Equilibrium/Sustainability — Presented by Southern Company — Nations plan to pump oil despite net zero promises
Kids will experience about three times as many climate-related disasters as their grandparents: study
Experts have long warned climate change will disproportionately affect poor and disadvantaged demographics, but it will also have an outsize impact on younger generations, according to a study published in the journal Science.
Researchers estimate that under current international Paris climate agreement commitments, people born in 2020 will face twice the risk of wildfires as those born in 1960 as well as 2.8 times the crop failures, 2.6 times the droughts, 2.8 times the river flooding and just under seven times the heat waves.
"Our results highlight a severe threat to the safety of young generations and call for drastic emission reductions to safeguard their future," co-author Wim Thiery, a research professor at Belgium's Vrije Universiteit Brussel, said in a statement.
Researchers also analyzed a scenario in which warming is kept to 1.5 degrees Celsius, the most optimistic scenario projected by the International Panel on Climate Change. In this case, they wrote, people born in 2020 would see their lifetime exposure to heat waves reduced by 45 percent and their exposure to droughts reduced by 39 percent. River flooding, meanwhile, would see a 38 percent risk reduction, along with 28 percent for crop failures and 10 percent for wildfires.
However, Thiery noted, even at or above 1.5 degrees Celsius of warming, people born after 1980 would still see a level of exposure to those phenomena that is unheard of in preindustrial history.
"This basically means that people younger than 40 today will live an unprecedented life even under the most stringent climate change mitigation scenarios," he said.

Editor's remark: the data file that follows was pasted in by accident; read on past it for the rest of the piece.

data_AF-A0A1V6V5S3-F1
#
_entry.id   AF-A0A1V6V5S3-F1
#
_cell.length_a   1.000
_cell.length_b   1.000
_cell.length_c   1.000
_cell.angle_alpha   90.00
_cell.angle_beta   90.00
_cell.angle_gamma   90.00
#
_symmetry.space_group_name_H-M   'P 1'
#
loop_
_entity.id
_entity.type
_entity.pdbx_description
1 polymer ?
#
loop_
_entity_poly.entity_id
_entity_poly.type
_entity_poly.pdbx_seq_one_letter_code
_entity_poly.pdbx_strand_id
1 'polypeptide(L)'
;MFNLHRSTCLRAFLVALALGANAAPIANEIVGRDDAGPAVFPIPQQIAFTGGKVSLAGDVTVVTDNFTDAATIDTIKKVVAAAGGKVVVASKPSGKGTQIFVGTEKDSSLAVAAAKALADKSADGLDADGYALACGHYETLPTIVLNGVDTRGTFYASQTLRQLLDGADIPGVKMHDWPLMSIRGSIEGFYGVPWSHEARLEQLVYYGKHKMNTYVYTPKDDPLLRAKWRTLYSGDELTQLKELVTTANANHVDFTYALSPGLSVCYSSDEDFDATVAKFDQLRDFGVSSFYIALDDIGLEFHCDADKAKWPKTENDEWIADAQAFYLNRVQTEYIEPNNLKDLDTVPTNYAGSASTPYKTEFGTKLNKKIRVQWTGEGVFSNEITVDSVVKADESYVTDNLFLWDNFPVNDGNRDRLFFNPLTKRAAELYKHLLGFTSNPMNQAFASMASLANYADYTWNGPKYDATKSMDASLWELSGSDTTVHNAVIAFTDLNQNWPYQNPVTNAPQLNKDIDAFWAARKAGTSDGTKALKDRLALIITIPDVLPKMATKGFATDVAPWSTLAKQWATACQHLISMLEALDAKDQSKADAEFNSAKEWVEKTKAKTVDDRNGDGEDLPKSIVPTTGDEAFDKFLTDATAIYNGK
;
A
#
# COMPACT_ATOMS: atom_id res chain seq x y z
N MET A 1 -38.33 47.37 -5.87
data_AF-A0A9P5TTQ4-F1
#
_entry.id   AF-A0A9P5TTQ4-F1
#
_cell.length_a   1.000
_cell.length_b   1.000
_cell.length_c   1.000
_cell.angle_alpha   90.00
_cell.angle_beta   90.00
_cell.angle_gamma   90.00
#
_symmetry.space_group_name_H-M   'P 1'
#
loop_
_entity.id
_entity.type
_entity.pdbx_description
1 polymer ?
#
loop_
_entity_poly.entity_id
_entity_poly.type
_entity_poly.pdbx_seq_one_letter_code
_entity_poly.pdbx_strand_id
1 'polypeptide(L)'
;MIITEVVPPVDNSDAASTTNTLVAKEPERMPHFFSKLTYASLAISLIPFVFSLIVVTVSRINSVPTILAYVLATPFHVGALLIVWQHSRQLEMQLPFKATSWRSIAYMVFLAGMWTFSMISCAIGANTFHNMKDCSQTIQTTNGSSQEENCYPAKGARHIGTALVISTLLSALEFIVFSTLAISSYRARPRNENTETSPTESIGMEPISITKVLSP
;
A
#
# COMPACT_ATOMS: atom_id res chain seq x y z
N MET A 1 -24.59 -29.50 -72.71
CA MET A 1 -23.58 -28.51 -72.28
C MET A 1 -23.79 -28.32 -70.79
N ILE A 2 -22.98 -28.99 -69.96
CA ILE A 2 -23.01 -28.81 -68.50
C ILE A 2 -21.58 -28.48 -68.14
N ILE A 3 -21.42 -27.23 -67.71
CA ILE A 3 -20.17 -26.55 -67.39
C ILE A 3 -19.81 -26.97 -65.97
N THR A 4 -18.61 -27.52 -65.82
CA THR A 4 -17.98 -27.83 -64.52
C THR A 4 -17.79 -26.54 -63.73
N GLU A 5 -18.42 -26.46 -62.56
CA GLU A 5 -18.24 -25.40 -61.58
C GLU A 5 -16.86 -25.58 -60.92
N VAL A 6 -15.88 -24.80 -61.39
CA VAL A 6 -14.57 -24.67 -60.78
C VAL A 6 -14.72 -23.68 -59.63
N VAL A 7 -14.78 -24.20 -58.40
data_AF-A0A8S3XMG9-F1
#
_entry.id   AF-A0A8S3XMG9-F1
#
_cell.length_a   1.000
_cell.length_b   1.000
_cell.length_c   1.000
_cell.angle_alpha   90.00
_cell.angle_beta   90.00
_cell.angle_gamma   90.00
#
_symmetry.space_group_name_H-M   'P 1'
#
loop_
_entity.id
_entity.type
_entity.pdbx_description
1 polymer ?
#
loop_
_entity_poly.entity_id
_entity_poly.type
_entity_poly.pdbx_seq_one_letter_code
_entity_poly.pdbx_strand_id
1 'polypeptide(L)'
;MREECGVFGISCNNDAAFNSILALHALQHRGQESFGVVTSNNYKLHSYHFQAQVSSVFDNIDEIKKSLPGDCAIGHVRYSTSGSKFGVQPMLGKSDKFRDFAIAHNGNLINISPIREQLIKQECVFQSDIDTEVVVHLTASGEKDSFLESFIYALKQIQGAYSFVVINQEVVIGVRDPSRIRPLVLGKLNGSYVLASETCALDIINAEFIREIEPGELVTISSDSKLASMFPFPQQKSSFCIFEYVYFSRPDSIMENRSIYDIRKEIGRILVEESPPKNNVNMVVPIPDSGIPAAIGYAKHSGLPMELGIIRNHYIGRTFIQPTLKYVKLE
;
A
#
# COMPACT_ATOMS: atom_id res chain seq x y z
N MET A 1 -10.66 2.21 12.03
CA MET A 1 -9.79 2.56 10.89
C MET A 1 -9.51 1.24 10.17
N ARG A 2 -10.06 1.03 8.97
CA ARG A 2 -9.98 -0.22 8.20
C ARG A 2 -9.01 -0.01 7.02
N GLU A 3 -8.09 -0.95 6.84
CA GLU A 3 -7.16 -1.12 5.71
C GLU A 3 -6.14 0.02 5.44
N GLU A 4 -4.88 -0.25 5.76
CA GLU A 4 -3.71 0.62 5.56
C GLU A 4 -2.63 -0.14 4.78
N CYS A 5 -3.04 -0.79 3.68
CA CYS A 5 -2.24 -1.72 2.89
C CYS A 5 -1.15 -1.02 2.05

These impacts will disproportionately fall on children in developing countries. Some 172 million children born in the last five years in sub-Saharan Africa will face a sixfold increase in lifetime exposure to extreme weather phenomena, including a fiftyfold increase in heat waves. Comparatively, about 53 million children born in Europe and Asia during the same period will face a fourfold increase in exposure to extreme phenomena.
In addition to keeping warming to no more than 1.5 degrees Celsius, the researchers called on international governments to meet their commitment of $100 billion a year in climate financing for adaptation and mitigation. It further called for an increased recognition of children as "equal stakeholders" in the climate crisis and for a scaling-up of social safety nets to address the threats.
The research comes weeks before the COP26 international climate summit in Glasgow. The Biden administration has announced a target of net-zero carbon emissions by 2050 and reducing emissions 45 percent by 2030. The European Union, meanwhile, has announced a more ambitious reduction target of 55 percent.